1

The information model I am modelling from includes an "any type". For example a customer can have zero or more 'entries' each of which can have a number of values. Each value could be a either date, numeric, string or spatial. Note query performance is more important than insert performance.

I wondering if you have any ideas for table design.

My ideas are: (a) a single table encompassing all the types. Each record in entry_data would only use one column for the value. Also each valuetype column needs to be indexed. This seems a little wasteful (although I'm aware oracle won't index the null values )

create table entry ( 
  id number(12) primary key, 
  name varchar2(256) not null unique, 
  datatype varchar2(256) not null, 
  customer_id not null references customer(id)
);

create table entry_data ( 
  id number(12) primary key, 
  entryid number(12) not null references entry(id), 
  strvalue varchar2(256),   -- index
  datevalue date,   -- index
  numvalue number,   -- index
  sdo_geometry geom  -- index
);

OR (b) create a separate entry_data table for each type

create table entry ( 
  id number(12) primary key, 
  name varchar2(256) not null unique, 
  datatype varchar2(256) not null, 
  customer_id not null references customer(id)
);

create table entry_data_str ( 
  id number(12) primary key, 
  entryid number(12) not null references entry(id), 
  strvalue varchar2(256),   -- index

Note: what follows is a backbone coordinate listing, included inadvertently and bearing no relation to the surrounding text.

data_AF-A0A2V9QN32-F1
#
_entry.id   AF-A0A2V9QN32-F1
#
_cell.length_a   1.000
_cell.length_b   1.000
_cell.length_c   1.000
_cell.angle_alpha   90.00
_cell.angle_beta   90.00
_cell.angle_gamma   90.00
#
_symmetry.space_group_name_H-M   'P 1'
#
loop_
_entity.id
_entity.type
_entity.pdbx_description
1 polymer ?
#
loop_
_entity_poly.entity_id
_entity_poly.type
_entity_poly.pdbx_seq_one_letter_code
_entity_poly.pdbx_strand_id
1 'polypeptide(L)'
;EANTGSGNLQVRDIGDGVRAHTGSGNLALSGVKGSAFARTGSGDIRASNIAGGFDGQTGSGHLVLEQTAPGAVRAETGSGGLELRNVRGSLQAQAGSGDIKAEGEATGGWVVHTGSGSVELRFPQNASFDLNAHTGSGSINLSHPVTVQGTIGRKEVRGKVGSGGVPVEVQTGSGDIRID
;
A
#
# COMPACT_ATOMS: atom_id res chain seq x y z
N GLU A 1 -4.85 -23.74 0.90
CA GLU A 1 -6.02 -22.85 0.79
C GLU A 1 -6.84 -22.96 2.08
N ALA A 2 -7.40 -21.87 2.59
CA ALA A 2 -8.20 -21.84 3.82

);

-- etc

but I'm not sure if introducing more joins will impact the performance.

Any suggestions welcome. Thanks.

  • If you create a separate entry_data_*, I think you'd have a problem where you first must query to find out which entry_data_* table to query and then actually query entry_data_*. – FrustratedWithFormsDesigner Jun 12 '14 at 15:34
  • You say that query performance is important. What would be typical queries? Give me all customers that have an entry_date within the last month (and have an entry_num > 7)? Give me all entry_data for customer X? What is the number of entries for all customers? – AHalvar Jun 13 '14 at 8:57
1

Not sure why one of the answers made such bold statement . Regardless: everything can be modeled in relational model

create table entry 
( 
  id number(12) primary key, 
  name varchar2(256) not null unique,  
  customer_id number not null references customer(id)
);

create table datatypes
(
 id number primary key,
 name varchar2(256) not null unique
);
create table entry_data ( 
  id number(12) primary key, 
  datatype_id  number not null references datatypes(id),
  value     varchar2(256),  --or CLOB ,no index
  value_geometry geom  ,    -- no index
  --value_blob   blob -- if you neeed, no index
  entry_id number not null references entry(id),
);

your task is related to the multi-valued attributes task. Datatypes table will abstract your datatypes, however 2 value** columns are created in entry_data due to the fact that your data can be different in nature(belong to different Classes), thus would need different storage. But as far as varchar2 vs. number vs.date -- all can be placed into varchar2 , just would need later on some casting. And with very simplistic logic of NVL in code you can determine which column was populated out of value or value_geometry.